Pre-Tech Precision Machining Hires New Human Resource AdministratorAugust 30, 2006 Williston, VT Pre-Tech Precision Machining, is pleased to announce the addition of Heather E. Streeter as Human Resource Administrator. Ms. Streeter was most recently the Branch Manager at Manpower in South Burlington and previously worked for the Department of Labor (formerly the Department of Employment & Training) as an Employer Resource Consultant. Ms. Streeter was also the Executive Director of the St. Albans Area Chamber of Commerce. She has served on numerous committees and boards and is a member of both the Franklin County and Burlington Business & Professional Women. In 2002, Ms. Streeter received the Presidents Alumni Leadership Award from Champlain College, Burlington, VT.Pre-Tech Precision Machining, an employee owned company, manufactures precision-machined metal and plastic components, serving the biomedical, computer and aerospace industries. Pre-Techs philosophy is straightforward and direct: We develop strong, two-way business relationships with our customers and we treat each customer as a partner. We seek to understand business needs, budgets, and schedules, and then we produce precisely manufactured components that meet and exceed their specifications. We manufacture quality parts on time and at a reasonable price. Our business philosophy has served us well since we opened our doors in 1985. Through those years, we have found that doing business with a customer should represent a partnership, a philosophy that has played a major role in building a solid business relationship with large and small companies alike. Our customers are loyal and we hold them to our highest regard.#30#
Ensuring a safe food supply is our top priority here at the Vermont Agency of Agriculture, Food and Markets. Accordingly, we protect consumers by maintaining aggressive food safety programs on both the retail and farm levels.‘According to FDA reports, the eggs implicated in this nationwide recall were produced in Iowa. We trust those statements to be true, however to err on the side of caution, our staff of food safety inspectors remain on the lookout for recalled eggs at the retail level. To date, none of the recalled eggs have been found in Vermont, nor have any human cases of Salmonella Enteritidis (SE) been reported to the Vermont Department of Health been linked to the recalled eggs.‘As a result of the pro-active work done on Vermont egg farms, coupled with food safety measures taken at the retail level, there have been no human cases of SE related to Vermont produced eggs reported. The Vermont Agency of Agriculture, Food and Markets is committed to this effort to ensure a safe and wholesome product.’Eggs, like meat, poultry, milk, and other foods, are safe when handled properly. Shell eggs are safest when stored in the refrigerator, individually and thoroughly cooked, and promptly consumed. Eggs should be kept refrigerated until they are used.Cooking reduces the number of bacteria present in an egg; however, an egg with a runny yolk still poses a greater risk than a completely cooked egg. Undercooked egg whites and yolks have been associated with outbreaks of SE infections. Both should be consumed promptly and not be kept warm or at room temperature for more than 2 hours.What are the specific actions I can take to reduce my risk of a SE infection?1. Keep eggs refrigerated.2. Discard cracked or dirty eggs.3. Wash hands, cooking utensils, and food preparation surfaces with soap and water after contact with raw eggs.4. Eggs should be cooked until both the white and the yolk are firm, to a temperature of at least 140 degrees, and eaten promptly after cooking.5. Do not keep eggs warm or at room temperature for more than 2 hours.6. Refrigerate unused or leftover egg-containing foods promptly.7. Avoid eating raw eggs, especially by young children, elderly persons, and persons with weakened immune systems or debilitating illness.For additional information contact: http://www.cdc.gov/Features/SalmonellaEggs/(link is external)Source: Vt DOA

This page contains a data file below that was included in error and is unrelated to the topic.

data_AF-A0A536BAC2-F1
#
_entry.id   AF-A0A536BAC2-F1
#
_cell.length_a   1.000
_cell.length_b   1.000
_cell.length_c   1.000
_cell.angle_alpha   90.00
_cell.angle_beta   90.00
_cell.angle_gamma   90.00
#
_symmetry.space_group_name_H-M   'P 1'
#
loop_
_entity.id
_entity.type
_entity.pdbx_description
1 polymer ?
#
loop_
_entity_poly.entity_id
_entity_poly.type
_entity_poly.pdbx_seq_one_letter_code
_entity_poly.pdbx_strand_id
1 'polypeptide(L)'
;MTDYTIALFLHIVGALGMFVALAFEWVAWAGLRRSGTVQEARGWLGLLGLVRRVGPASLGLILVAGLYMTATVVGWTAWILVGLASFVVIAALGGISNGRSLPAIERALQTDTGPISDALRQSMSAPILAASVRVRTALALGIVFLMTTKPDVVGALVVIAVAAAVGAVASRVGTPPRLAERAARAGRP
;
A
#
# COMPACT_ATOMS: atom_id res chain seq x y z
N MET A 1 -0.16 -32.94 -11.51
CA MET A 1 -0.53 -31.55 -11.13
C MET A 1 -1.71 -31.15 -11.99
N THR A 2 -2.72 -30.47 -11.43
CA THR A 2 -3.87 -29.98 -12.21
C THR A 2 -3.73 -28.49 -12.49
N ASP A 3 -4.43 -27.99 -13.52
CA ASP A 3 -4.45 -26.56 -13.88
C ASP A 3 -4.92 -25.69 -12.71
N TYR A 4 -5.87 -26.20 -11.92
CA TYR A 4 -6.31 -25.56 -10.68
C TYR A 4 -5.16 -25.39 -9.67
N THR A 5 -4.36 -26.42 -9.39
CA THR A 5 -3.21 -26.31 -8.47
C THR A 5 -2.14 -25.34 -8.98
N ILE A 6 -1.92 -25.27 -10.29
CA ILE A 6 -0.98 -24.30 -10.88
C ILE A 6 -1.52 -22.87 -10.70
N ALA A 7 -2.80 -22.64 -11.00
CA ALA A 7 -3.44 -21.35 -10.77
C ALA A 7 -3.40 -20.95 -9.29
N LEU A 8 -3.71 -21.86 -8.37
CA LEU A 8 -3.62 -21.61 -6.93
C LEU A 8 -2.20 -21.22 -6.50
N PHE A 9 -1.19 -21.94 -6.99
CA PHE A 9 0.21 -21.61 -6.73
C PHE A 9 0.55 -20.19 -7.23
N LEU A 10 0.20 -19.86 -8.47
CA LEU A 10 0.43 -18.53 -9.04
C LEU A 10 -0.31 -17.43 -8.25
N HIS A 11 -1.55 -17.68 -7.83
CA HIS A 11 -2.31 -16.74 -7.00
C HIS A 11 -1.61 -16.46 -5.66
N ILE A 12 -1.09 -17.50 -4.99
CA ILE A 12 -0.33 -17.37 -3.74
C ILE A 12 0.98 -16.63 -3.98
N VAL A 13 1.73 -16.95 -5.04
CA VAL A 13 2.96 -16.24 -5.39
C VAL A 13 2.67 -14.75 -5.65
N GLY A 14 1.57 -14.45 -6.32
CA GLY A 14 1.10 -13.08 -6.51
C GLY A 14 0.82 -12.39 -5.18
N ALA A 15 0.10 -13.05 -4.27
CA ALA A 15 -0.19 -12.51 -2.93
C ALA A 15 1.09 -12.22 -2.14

The stage is set for a beautiful foliage season as early fall color begins to emerge across Vermont’s higher elevations and low-lying areas.With the current forecast calling for cool nights through the weekend and the combination of adequate soil moisture and healthy green leaves, Vermont foresters are predicting an excellent fall season. In the early stages of fall foliage, the best color can generally be found in higher elevations, the northern sections of the state, and in low-lying areas where red maples are the early sentinels of the seasonal change.‘The cool nights that are in the forecast may pop a little more color our way by the end of the week,’ says Ginger Anderson, Chief of Forest Management for the Vermont Department of Forests, Parks and Recreation. Early morning temperatures are forecasted to dip into the upper 30s this week.Forest health aerial surveys over the North East Kingdom revealed that color in the red maple is developing well, particularly in the wetlands, Anderson said. In general, higher elevations will offer the most panoramic views of emerging color across the valleys, and many swamp or marsh areas will offer some of the most vivid and varied early season change. ‘I am also seeing scattered bits of other color, mostly weather and/or fungal related but overall leaf cover is good and I am anticipating a good color season in my little area,’ said Lamoille Country Forester Raymond Toolan.To the south, Bennington Country Forester Chris Stone reports that ‘The beginnings for the foliage in Bennington County are now mostly found among the red maples that occupy the wetlands along Route 9 as you pass over the Green Mountains between Wilmington and Bennington, and to a lesser extent in the wetlands along Route 7 between Bennington and Manchester.’Best Bets: Route 108 through Smugglers’ Notch between Stowe and Cambridge is showing early color, as is Routes 242 and 100 near Jay Peak, Routes 116 and 5A in the Lake Willoughby area.The higher elevations of the Worcester Range and Mount Elmore along Route 12 north of Montpelier are tinged with early color, as are views from Interstate 89 between Barre and Bolton.Note: Road Conditions Updates ‘ Repairs in the wake of Tropical Storm Irene are proceeding as quickly as possible on the state’s key east-west roads. Travel time may be delayed as roads open to traffic while construction is continuing in work zones. Travelers will encounter gravel surfaces and occasional one-way traffic on sections of these roads. Detailed reports on the status of all affected roads and bridges are updated twice daily on: www.aot.state.vt.us(link is external)The Vermont Hospitality Council advises making advance reservations, especially for weekends, because the most popular lodgings may fill early in late September and the first two weekends in October. Some innkeepers may require a minimum two-night stay, especially on busy weekends. Vermont tourism officials encourage visitors to take advantage of midweek specials during the foliage season as part of its statewide ‘Midweek Peek’ promotion.Also available on the website are several tools for planning a Vermont Fall Foliage tour: Fall Foliage ForecasterLodging Availability ForecasterScenic DrivesFall Travel Tips For more information, visit www.VermontVacation.com(link is external).